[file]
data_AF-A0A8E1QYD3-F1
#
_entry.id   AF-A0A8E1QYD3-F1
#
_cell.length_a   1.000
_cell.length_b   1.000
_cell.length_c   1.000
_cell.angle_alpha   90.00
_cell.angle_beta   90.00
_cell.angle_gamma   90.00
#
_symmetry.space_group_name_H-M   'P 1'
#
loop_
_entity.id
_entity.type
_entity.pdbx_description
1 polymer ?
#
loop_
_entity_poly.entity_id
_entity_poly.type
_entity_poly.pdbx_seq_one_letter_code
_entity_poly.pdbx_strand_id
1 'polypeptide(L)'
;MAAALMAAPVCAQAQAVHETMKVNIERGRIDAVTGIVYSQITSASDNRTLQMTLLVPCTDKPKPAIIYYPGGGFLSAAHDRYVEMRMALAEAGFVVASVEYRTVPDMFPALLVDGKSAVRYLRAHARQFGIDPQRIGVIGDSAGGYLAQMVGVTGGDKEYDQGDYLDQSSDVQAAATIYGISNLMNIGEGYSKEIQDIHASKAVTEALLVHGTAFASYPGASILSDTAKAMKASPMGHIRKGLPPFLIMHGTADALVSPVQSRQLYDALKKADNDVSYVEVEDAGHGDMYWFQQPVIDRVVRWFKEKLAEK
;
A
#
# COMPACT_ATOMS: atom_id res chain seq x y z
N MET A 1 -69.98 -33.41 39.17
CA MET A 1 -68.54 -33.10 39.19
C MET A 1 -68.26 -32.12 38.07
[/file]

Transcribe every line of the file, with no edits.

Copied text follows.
data_AF-A0A8E1QYD3-F1
#
_entry.id   AF-A0A8E1QYD3-F1
#
_cell.length_a   1.000
_cell.length_b   1.000
_cell.length_c   1.000
_cell.angle_alpha   90.00
_cell.angle_beta   90.00
_cell.angle_gamma   90.00
#
_symmetry.space_group_name_H-M   'P 1'
#
loop_
_entity.id
_entity.type
_entity.pdbx_description
1 polymer ?
#
loop_
_entity_poly.entity_id
_entity_poly.type
_entity_poly.pdbx_seq_one_letter_code
_entity_poly.pdbx_strand_id
1 'polypeptide(L)'
;MAAALMAAPVCAQAQAVHETMKVNIERGRIDAVTGIVYSQITSASDNRTLQMTLLVPCTDKPKPAIIYYPGGGFLSAAHDRYVEMRMALAEAGFVVASVEYRTVPDMFPALLVDGKSAVRYLRAHARQFGIDPQRIGVIGDSAGGYLAQMVGVTGGDKEYDQGDYLDQSSDVQAAATIYGISNLMNIGEGYSKEIQDIHASKAVTEALLVHGTAFASYPGASILSDTAKAMKASPMGHIRKGLPPFLIMHGTADALVSPVQSRQLYDALKKADNDVSYVEVEDAGHGDMYWFQQPVIDRVVRWFKEKLAEK
;
A
#
# COMPACT_ATOMS: atom_id res chain seq x y z
N MET A 1 -69.98 -33.41 39.17
CA MET A 1 -68.54 -33.10 39.19
C MET A 1 -68.26 -32.12 38.07